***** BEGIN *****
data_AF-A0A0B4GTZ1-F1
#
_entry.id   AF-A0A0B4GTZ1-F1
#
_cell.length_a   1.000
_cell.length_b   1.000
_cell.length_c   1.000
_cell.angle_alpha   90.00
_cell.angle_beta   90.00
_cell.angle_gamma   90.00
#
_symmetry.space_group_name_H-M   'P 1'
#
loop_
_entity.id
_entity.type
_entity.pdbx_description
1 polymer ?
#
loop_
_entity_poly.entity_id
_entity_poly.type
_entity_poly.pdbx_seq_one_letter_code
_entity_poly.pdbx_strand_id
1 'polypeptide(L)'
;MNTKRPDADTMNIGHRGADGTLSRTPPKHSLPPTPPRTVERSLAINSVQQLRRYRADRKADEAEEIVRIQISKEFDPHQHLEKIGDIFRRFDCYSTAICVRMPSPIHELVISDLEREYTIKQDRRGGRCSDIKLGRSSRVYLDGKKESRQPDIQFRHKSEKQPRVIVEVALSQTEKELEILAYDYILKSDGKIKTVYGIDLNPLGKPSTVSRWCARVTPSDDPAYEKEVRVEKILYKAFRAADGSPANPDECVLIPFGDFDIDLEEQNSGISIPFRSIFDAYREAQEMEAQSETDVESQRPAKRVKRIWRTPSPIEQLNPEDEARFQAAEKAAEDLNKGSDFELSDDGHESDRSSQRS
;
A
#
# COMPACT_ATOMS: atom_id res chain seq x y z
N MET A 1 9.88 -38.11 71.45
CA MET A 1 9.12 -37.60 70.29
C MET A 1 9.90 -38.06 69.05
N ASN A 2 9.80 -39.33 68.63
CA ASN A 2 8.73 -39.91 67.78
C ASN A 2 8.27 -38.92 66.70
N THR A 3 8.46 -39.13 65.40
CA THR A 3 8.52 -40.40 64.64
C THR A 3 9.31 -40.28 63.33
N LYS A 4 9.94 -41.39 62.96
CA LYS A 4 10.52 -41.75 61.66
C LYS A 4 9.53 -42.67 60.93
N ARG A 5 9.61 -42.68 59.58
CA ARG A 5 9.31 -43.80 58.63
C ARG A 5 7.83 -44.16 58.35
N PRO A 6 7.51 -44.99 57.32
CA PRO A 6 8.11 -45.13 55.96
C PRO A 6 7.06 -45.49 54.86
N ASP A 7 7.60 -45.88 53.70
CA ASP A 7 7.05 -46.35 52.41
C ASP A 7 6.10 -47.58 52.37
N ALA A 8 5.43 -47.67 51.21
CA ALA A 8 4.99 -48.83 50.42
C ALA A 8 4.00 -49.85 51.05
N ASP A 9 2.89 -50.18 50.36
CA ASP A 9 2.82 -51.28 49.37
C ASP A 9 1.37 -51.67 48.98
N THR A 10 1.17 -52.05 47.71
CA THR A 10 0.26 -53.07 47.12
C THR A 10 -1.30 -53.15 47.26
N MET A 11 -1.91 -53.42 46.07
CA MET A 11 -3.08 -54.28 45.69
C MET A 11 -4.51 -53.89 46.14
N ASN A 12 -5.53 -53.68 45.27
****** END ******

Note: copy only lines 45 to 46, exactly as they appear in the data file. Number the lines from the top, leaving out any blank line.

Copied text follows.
C ARG A 5 7.83 -44.16 58.35
N PRO A 6 7.51 -44.99 57.32